6. Aim to do a negative split. Be decisive in the first half and then you’ll be more creative in the second half. (That’s a running joke!)
  7. Decide on each final photo as you go. Do not leave that until the end, you’ll be tired. Do each topic in turn. Complete and choose the final photo and then move on. This provides creative clarity.
  8. Discuss and view topic photos together, but decide in your pair who makes final decision on choice of photo (usually the photographer)
  9. Use insider knowledge. It is helpful if one of you knows the city. If not then talk to locals. Ask for advice. However don’t let your knowledge or information about the city limit you seeing what is right in front of you.
  10. In a standard Photo Marathon with the same number topics as photos and hours choose a simple overarching theme to link the photos. Some use a prop to do this (like a mini lego figure who appears in every photo). Others use in camera processing (usually allowed) e.g Black and White. Or choose a theme, like a colour or technique – red or low/high point of view. Surely someone will soon submit a set using a drone camera, if they haven’t already!

Bath Photo Marathon 2017

I did this year’s Bath Photo Marathon with my old friend Simon. It was a great excuse for us to meet up – as Bath was kind of equidistant – and we got to catch up and have a few beers after.

Our photos are below. They are in the order given, the titles are underneath and have an over arching theme – Scarlet. Well, it was red really, but a little orange crept in! We had to create 20 photos in 10 hours. These were provided in two sets of ten, with a location to pick up the second half.

Our favourite photo after all this was the ‘Fashion’ photo. This best illustrates our collaborative process and sense of the absurd!

Your Entry Number

Contrast

Red

Looking through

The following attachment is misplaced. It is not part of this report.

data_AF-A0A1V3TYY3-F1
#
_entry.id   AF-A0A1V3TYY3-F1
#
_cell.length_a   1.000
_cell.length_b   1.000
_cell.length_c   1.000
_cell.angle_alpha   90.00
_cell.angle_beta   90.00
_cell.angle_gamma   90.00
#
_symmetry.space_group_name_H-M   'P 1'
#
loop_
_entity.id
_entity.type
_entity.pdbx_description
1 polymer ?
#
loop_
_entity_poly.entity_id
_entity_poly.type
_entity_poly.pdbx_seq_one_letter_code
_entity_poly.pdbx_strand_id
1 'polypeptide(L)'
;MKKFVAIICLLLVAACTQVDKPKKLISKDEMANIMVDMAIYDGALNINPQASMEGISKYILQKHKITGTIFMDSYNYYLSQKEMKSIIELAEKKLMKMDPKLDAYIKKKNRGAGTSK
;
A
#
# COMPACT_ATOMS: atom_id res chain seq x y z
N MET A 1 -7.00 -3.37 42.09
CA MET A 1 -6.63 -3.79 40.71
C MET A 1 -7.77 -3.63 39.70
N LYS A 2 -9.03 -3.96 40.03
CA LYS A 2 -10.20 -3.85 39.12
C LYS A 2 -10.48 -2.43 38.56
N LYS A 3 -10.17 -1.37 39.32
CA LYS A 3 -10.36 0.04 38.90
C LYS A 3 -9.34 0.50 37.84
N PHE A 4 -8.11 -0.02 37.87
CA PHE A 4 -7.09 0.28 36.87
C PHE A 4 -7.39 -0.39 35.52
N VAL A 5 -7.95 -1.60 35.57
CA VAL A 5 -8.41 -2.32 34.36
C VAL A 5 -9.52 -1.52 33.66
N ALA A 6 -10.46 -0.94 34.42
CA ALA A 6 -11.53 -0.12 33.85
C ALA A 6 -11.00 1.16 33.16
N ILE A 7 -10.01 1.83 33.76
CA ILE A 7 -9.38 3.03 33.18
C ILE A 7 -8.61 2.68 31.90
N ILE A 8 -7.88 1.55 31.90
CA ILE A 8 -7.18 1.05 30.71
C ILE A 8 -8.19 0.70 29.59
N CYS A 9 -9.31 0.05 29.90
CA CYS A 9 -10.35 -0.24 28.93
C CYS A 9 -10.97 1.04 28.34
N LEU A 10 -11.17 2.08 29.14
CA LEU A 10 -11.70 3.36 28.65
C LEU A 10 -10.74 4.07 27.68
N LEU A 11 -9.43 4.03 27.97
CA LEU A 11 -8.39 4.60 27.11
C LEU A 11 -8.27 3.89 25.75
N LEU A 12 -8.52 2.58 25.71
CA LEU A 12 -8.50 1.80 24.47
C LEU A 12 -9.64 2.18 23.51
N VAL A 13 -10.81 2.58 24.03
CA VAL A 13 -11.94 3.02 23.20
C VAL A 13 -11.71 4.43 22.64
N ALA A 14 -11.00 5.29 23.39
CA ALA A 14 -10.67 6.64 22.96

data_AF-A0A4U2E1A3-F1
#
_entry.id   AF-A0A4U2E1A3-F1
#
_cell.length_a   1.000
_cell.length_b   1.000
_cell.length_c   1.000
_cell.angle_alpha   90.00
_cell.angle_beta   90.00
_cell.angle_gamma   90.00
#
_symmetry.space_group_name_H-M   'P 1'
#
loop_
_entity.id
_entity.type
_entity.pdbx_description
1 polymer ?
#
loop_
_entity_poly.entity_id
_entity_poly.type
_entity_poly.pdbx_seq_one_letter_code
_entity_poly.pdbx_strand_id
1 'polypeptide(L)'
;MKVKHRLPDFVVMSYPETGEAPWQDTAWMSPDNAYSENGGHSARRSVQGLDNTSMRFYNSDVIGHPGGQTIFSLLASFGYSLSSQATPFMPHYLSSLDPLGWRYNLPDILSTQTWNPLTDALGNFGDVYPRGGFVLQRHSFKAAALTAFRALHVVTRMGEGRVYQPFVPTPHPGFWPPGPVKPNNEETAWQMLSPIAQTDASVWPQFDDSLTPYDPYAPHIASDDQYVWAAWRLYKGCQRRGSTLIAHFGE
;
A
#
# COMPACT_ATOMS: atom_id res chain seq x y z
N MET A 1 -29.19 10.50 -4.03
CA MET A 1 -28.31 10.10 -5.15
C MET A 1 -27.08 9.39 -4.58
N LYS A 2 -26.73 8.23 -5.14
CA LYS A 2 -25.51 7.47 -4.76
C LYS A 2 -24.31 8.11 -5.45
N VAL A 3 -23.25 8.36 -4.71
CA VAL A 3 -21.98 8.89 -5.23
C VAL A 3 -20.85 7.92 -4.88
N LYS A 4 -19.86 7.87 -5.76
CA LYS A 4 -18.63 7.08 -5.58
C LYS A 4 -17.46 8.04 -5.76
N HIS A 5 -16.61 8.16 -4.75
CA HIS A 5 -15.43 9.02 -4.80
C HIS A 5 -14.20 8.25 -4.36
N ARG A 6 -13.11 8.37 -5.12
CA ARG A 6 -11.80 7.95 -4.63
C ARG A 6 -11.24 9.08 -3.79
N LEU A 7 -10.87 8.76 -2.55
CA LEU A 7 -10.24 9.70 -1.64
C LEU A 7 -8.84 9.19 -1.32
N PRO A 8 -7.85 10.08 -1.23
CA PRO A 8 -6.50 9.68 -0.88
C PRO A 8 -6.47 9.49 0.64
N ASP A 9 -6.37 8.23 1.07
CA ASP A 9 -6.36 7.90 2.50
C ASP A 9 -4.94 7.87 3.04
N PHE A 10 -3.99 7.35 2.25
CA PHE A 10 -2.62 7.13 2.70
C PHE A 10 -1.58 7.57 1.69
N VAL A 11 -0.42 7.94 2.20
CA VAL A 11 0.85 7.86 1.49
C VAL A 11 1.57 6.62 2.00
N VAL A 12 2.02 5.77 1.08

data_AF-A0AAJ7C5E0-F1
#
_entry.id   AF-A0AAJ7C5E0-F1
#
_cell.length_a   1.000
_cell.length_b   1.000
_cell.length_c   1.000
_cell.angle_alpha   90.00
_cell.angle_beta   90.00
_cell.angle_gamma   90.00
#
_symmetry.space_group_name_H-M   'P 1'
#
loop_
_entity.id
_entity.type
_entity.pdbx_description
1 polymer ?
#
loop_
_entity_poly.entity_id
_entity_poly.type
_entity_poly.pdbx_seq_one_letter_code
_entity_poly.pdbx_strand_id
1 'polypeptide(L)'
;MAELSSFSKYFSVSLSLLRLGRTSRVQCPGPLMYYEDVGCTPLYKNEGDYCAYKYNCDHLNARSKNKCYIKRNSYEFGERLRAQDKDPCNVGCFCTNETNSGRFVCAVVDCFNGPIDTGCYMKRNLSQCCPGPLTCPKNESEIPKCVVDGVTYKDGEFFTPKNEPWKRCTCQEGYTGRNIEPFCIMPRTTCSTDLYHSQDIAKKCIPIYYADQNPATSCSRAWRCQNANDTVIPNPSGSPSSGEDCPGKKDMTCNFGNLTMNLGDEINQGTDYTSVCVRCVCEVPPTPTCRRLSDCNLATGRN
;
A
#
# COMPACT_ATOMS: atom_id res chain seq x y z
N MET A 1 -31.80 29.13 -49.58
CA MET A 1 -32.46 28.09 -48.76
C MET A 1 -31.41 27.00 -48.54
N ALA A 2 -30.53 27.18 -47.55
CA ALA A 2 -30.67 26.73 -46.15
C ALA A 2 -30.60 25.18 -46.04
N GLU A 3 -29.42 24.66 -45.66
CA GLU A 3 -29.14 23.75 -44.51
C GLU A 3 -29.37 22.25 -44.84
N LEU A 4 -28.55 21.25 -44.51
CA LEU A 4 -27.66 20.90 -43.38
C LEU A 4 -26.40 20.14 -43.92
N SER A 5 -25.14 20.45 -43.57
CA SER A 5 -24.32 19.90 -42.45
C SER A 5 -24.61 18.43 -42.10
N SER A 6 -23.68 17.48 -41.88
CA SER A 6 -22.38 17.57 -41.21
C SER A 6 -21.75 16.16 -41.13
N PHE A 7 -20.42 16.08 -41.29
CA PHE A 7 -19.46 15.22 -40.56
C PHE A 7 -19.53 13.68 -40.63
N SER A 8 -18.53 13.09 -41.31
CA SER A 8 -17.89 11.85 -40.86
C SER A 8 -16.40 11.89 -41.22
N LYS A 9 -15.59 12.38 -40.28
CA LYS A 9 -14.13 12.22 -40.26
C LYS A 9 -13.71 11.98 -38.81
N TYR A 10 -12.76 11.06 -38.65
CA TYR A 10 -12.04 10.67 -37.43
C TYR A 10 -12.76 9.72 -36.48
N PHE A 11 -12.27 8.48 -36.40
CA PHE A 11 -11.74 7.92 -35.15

Fashion

Fragment

Corner

Refreshing

Control

Crossing the line

Next Generation

Street Life

Movement

Self Portrait

Abstract

Missing

Found

Show off

Sign

The End!

 

Photo Walkshop Spring 2

We were once again fortunate to have another glorious day for my second Spring Photography Walkshop. Each of these walkshops involves some initial theory and discussion before I offer a photographic challenge and we then embark upon a 2 mile circular walk.

Saturday’s Walkshop centred upon a quote by Henri Cartier-Bresson

“I believe that, through the act of living, the discovery of oneself is made concurrently with the discovery of the world around us, but which can also be affected by us. A balance must be established between the two worlds – the one inside of us and the one outside of us. As a result of a constant reciprocal process, both these worlds come to form a single one. And it is this world that we must communicate.”

Cartier-Bresson ‘The Decisive Moment’ 1952

I then talked through two key approaches to communicating this ‘reciprocal process’. Broadly these split into the knowledge and skills we can learn and master and the confidence we can feel, at an instinctive level, to release the shutter without thinking through every technical and compositional choice. It is this balance between the conscious mind’s experience and its need to control, and our instinct to choose the right place to frame our photo that allows a connection between what we see, our mind and our heart.

This is not something that can be mastered at one workshop (no matter how good the tutor!). It’s a lifetime’s practice and one that is central to a mindful approach to photography. The online course I will be launching in September will offer resources, practices and guidance to support you on this journey.

The Photos

Our circular walk followed an urban route, through the back lanes of Brynmill. A nice counterpoint to Walkshop 1 that was all park and beach. Our favourite photos are below. Don’t forget the final Spring Walkshop is on 20th May – it will be a lot of fun. Book soon, there are only 4 spots left!

External Reality Internal Resonance

I have recently changed my camera system. After more than ten years as a Canon DSLR gunslinger I have traded everything in for a Fuji mirrorless system. What’s all that about then? Why choose to make any change? And why choose that change?